McGrath was officially declared dead on July 21, 1945. He earned the Distinguished Flying Cross (DFC) with gold star, Air Medal with six gold stars and the Purple Heart, posthumously. McGrath is memorialized on the courts of the missing at the Honolulu Memorial at National Memorial Cemetery of the Pacific (Punchbowl) on court 4. He also has a memorial marker at Saint Agnes Cemetery in Menands, NY at section 4, plot 90.
Edward P. McGrath (father died 1951)
Mary C. McGrath
(mother died 1951)
Edward "Ned" P. McGrath, Jr. (brother died)
Francis McGrath (brother, died age 10 of T.B.)
William Paul McGrath (brother died May 26, 1999)
Harold McGrath (brother)
Catherine McGrath Cox (sister of McGrath died December 31, 2002)
Mary T. (McGrath) Dufresne (sister died June 30, 2006)
Russell McGrath (son of Edward McGrath / nephew of McGrath)
Robert F. Cox (nephew of McGrath died 2006)
Ann Cox (niece in law of McGrath died 2015)
John J. Cox (great-nephew of McGrath)
David M. Cox (son of Robert F. Cox / great-nephew of McGrath)
Mary McGrath Law Dufresne (sister of McGrath died 2006)
Kathryn Kay (Roy) Wright (niece of McGrath)
Barbara (Joe) Healey (niece of McGrath)
John Law (nephew of McGrath)
Linda Law (niece of McGrath)
Christine (Edward) Ostrander (niece of McGrath)
Margie (David Perilstein) Law (niece of McGrath)
Michael McAlonie (son of Howard McAlonie who was a friend of John McGrath adds):
"My father attended and graduated Rensselaer Polytechnic Institute (RPI) as a mechanical engineer, and was a USN Seabee veteran of the Battle of Iwo Jima. RPI Professor Halloran was my father Howard McAlonie’s first cousin as my grandmother was a Halloran as well. The MIA/ KIA individual I am researching was his classmate at Catholic Central High School (CCHS) today RPI's West Hall and was not any direct relation to me. But I grew up listening to stories about him. I have some small amount of specific information on him and his loss July 21, 1945 a day after leaving Iwo Jima where he visited my father while returning from leave in Guam. He was a close friend of my fathers and his death stayed with my father his whole life. Another bit of information I though might be useful to you regarding the crash particulars that I noticed when just re-reading the letter sent home from the C. O. that I obtained from John McGrath’s niece-in-law after I located the McGrath's last remaining sister in Troy in 2002. That sister died two weeks later."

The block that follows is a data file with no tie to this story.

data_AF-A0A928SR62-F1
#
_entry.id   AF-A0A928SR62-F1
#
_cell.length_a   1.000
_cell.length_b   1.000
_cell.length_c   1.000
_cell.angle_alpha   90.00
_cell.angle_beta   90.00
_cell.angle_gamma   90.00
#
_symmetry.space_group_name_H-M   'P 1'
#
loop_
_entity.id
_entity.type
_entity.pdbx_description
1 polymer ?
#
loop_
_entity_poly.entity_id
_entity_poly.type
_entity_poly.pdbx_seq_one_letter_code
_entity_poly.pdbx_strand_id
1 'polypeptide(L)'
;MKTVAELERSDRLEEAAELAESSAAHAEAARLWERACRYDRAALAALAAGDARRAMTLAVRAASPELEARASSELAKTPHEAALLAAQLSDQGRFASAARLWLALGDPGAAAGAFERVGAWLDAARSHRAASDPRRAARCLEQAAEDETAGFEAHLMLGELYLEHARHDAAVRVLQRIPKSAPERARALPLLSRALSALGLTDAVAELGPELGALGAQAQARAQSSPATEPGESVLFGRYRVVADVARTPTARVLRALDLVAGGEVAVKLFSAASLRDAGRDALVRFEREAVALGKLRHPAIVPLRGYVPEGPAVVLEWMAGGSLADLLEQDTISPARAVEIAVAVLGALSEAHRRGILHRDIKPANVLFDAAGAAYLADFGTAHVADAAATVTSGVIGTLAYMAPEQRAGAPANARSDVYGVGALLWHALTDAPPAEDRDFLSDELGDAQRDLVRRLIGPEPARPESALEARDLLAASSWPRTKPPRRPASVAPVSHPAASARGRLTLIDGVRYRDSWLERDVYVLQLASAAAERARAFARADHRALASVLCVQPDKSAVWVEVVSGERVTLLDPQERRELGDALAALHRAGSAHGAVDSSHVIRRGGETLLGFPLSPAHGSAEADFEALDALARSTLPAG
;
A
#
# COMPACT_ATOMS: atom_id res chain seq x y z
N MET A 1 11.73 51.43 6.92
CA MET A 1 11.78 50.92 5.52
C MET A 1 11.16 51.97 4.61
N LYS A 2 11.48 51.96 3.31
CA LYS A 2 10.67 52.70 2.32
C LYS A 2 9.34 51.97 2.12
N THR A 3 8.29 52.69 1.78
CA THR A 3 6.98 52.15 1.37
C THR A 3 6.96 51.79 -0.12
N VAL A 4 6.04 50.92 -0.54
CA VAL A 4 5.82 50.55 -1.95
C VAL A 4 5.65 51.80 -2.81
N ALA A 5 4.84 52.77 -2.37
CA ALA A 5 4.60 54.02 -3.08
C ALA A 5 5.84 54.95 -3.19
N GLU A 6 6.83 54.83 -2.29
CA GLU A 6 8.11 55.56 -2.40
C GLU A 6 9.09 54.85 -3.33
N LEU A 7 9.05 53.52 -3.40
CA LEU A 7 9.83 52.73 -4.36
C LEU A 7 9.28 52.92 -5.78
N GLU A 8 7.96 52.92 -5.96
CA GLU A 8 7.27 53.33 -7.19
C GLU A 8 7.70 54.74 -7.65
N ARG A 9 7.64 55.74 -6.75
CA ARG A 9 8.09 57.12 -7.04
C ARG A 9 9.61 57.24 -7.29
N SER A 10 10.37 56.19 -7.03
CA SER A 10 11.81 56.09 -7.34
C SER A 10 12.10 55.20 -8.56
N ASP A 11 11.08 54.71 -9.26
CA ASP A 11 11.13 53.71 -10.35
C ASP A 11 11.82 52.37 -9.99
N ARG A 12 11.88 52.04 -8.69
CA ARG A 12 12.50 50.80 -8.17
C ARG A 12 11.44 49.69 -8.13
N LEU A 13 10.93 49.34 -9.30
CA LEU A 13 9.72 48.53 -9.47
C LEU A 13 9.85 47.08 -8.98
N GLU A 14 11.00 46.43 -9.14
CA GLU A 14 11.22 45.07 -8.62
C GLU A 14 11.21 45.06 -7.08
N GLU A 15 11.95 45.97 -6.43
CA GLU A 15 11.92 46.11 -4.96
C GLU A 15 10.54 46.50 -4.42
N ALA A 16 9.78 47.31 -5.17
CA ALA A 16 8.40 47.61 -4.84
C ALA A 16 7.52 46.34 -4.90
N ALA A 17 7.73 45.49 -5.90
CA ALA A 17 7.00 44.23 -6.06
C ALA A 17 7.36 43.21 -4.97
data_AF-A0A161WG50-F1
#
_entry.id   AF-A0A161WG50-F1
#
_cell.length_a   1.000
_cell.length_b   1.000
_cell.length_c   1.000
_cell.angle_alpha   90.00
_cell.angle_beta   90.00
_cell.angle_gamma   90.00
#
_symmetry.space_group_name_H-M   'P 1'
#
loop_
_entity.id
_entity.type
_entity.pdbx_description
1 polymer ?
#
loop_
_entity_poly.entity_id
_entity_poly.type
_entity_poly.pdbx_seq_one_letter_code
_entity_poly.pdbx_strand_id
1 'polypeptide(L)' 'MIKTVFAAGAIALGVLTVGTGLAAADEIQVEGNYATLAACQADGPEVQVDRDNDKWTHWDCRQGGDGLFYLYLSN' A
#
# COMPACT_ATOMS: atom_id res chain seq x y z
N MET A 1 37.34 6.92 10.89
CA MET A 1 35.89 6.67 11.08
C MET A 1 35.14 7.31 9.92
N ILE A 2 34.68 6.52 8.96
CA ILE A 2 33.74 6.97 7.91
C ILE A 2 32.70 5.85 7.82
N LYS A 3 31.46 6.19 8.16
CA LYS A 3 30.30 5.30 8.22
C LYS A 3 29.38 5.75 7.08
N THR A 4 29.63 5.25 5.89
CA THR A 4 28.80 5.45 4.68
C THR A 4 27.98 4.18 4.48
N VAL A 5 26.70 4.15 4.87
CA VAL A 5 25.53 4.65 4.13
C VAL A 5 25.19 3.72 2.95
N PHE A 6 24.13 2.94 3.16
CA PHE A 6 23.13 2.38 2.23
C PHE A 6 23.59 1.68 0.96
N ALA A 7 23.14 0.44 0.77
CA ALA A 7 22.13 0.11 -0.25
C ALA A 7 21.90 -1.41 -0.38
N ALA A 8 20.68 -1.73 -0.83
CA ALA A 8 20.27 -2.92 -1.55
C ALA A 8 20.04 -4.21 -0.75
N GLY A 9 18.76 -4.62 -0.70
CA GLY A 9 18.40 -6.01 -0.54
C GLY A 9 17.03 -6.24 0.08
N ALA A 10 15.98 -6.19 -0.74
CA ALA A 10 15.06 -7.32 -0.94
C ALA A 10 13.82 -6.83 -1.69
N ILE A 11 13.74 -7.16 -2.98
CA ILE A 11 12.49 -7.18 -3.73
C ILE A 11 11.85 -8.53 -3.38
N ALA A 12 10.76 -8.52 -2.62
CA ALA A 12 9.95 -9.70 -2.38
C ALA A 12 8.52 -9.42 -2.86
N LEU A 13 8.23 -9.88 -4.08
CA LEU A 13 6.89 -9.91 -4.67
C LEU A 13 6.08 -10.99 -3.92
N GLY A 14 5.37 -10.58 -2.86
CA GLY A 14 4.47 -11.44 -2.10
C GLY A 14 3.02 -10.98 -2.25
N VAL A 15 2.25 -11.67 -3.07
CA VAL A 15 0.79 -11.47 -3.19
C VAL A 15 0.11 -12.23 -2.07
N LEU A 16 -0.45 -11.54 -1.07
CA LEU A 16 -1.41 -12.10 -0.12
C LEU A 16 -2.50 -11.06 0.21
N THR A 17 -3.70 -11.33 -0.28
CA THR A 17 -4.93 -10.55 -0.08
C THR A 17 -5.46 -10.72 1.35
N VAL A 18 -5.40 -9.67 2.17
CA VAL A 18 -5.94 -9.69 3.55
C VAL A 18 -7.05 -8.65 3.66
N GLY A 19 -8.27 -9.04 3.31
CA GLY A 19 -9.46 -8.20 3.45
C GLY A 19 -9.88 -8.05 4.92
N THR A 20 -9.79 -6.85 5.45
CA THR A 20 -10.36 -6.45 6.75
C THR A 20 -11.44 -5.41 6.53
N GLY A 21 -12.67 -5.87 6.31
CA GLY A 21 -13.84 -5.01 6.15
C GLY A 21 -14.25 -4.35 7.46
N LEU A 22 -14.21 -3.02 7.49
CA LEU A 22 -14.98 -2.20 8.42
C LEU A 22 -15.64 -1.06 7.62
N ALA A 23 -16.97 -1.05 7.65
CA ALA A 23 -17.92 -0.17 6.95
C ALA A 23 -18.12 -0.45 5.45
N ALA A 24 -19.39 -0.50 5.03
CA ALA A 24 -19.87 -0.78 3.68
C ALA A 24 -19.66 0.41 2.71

1930 United States Federal Census - John McGrath
CCHS Catholicon Yearbook 1941 (photo)
CCHS Catholicon Yearbook 1944 (photo)
NPRC Military Personnel Records - John F. McGrath
USMC Casualty Card - John Francis McGrath
Pacific Wrecks - F4U-4 Corsair bureau number 81095
Navy Serial Number Search Results - F4U-4 Corsair 81095
USN Overseas Aircraft Loss List July 1945 - F4U Corsair 81095
NARA "War Diary Marine Air Group Fourteen 1 July 1945 to 31 July 1945" page 8-9
"Weather conditions again limited activities until 21 July when 24 Corsairs [VMF-212 and VMF-223] unloosed 180 rockets and more than 22,000 rounds of ammo at targets of opportunity on Iriomote Shima. Objectives included a barge southeast of Sonai town, building in the town itself, a 75 to 100 foot lugger in Funauke Ko and a larger ship, possibly a Sugar Baker in Funauke Kita Wan, and building in Funsuke town. Barracks at Raemi, southeast of Iriomote, and buildings on Uchi,..."
(Page 9) "...Hanare Shims were also attacked. While specific results were unobserved, 164 of the rockets struck in the target area and all objectives were thoroughly strafed. This strike also involved a fatality, Second Lieutenant John F. McGrath, USMCR, (NA), (037237), of VMF 212 was killed in action over the target when his plane failed to pull out of a dive and crashed into the water. The cause is unknown but the probability that it was due to anti-aircraft fire is indicated by the fact that two other planes returned with flak fragments embedded in their fuselage. No pilots at any time observed any anti-aircraft fire."